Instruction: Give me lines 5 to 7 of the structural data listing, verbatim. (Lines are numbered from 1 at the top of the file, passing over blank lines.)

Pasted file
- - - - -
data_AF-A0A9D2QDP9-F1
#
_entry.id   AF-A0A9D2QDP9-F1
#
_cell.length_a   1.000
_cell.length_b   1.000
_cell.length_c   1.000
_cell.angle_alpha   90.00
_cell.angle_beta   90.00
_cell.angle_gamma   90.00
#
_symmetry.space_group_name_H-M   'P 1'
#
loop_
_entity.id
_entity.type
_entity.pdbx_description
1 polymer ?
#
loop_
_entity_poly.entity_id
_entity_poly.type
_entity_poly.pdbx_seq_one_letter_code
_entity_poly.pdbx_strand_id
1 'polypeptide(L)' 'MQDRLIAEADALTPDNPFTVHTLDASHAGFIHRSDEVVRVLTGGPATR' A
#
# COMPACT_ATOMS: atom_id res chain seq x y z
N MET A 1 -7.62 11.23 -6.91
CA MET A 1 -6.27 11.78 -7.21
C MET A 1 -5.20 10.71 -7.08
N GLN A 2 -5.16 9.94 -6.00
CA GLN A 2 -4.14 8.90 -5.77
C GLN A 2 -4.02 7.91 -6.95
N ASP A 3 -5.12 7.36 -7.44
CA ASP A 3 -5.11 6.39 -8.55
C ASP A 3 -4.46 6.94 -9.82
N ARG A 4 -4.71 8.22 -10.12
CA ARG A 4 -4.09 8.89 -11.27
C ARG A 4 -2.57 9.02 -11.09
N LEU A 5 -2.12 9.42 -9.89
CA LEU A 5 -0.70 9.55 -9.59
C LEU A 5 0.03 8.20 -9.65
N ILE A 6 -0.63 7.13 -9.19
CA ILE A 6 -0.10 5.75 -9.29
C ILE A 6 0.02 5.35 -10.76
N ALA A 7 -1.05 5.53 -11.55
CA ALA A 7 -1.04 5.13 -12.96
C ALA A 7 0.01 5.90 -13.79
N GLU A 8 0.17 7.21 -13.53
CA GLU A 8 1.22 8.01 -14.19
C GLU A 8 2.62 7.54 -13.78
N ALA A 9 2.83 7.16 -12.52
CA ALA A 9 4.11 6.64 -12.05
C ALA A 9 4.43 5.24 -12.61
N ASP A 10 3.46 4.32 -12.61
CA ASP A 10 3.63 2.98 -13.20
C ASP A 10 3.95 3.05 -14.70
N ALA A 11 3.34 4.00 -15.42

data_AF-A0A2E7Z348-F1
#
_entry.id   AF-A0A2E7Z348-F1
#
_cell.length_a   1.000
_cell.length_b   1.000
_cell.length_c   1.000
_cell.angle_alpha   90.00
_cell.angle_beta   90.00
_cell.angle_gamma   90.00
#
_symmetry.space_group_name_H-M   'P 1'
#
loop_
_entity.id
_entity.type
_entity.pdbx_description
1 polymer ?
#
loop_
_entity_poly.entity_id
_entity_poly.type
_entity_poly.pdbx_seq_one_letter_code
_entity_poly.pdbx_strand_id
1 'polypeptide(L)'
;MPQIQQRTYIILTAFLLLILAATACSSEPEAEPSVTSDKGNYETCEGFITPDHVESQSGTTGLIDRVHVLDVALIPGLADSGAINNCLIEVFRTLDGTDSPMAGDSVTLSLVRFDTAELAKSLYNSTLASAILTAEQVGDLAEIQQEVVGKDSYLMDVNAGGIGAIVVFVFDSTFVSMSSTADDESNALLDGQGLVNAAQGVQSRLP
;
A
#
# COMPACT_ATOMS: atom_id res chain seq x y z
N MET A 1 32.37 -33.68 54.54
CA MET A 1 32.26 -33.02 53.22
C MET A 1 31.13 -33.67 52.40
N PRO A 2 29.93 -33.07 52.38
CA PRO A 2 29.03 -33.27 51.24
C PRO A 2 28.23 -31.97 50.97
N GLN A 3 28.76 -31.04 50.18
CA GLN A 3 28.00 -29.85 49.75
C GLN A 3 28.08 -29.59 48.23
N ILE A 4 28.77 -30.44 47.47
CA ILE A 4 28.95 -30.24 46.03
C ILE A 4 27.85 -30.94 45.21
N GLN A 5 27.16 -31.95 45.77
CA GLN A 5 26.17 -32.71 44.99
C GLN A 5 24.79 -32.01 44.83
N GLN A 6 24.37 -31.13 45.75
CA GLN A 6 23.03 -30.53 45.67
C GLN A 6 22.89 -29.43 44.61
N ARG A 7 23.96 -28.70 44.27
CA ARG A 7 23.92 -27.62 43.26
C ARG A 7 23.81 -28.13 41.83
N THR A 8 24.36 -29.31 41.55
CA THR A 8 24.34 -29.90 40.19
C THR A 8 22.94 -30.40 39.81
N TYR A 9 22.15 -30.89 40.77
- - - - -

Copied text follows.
_cell.length_a   1.000
_cell.length_b   1.000
_cell.length_c   1.000